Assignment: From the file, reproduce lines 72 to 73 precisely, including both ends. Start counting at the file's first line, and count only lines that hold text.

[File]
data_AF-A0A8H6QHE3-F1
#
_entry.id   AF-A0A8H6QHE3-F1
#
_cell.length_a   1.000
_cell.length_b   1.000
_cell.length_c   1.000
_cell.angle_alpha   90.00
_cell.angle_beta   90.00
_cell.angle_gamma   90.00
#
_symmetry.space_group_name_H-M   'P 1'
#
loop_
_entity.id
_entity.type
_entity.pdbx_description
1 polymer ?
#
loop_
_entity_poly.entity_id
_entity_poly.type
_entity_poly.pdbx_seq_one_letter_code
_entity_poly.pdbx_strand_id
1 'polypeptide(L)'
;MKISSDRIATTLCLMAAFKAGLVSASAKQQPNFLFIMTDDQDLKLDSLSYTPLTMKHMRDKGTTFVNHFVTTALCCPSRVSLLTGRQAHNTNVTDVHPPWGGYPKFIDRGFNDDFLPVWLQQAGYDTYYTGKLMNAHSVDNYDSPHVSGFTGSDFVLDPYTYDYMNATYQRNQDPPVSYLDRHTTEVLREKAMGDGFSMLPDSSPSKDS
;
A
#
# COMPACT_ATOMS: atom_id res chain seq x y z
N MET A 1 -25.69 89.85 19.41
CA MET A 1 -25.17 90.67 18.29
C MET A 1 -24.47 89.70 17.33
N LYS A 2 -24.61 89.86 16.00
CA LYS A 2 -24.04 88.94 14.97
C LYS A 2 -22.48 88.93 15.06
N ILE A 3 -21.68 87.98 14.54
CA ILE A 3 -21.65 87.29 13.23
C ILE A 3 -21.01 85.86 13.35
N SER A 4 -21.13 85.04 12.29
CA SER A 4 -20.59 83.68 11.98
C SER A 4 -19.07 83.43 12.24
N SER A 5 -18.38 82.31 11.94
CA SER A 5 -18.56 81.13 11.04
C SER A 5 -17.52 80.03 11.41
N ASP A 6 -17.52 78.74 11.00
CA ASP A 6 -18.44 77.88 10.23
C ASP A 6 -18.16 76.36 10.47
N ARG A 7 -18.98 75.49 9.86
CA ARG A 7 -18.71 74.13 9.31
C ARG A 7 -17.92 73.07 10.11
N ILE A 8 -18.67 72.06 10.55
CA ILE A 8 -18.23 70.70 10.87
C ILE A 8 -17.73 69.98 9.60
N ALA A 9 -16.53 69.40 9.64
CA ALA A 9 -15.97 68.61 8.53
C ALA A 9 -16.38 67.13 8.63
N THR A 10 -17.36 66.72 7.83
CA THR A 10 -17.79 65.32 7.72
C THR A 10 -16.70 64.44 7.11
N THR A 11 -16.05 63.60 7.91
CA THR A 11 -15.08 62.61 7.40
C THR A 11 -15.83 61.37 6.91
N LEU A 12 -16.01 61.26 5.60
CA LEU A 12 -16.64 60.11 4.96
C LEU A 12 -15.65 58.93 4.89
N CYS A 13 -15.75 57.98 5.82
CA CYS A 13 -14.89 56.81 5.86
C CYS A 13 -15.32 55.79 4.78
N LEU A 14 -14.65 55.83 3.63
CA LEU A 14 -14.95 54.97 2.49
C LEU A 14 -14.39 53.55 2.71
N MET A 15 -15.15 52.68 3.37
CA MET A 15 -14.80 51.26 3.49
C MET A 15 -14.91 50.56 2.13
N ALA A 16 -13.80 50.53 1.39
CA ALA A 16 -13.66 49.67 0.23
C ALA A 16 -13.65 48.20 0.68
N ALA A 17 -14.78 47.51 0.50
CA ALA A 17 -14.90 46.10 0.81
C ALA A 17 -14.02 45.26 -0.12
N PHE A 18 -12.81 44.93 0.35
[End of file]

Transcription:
C LEU A 14 -14.39 53.55 2.71
N MET A 15 -15.15 52.68 3.37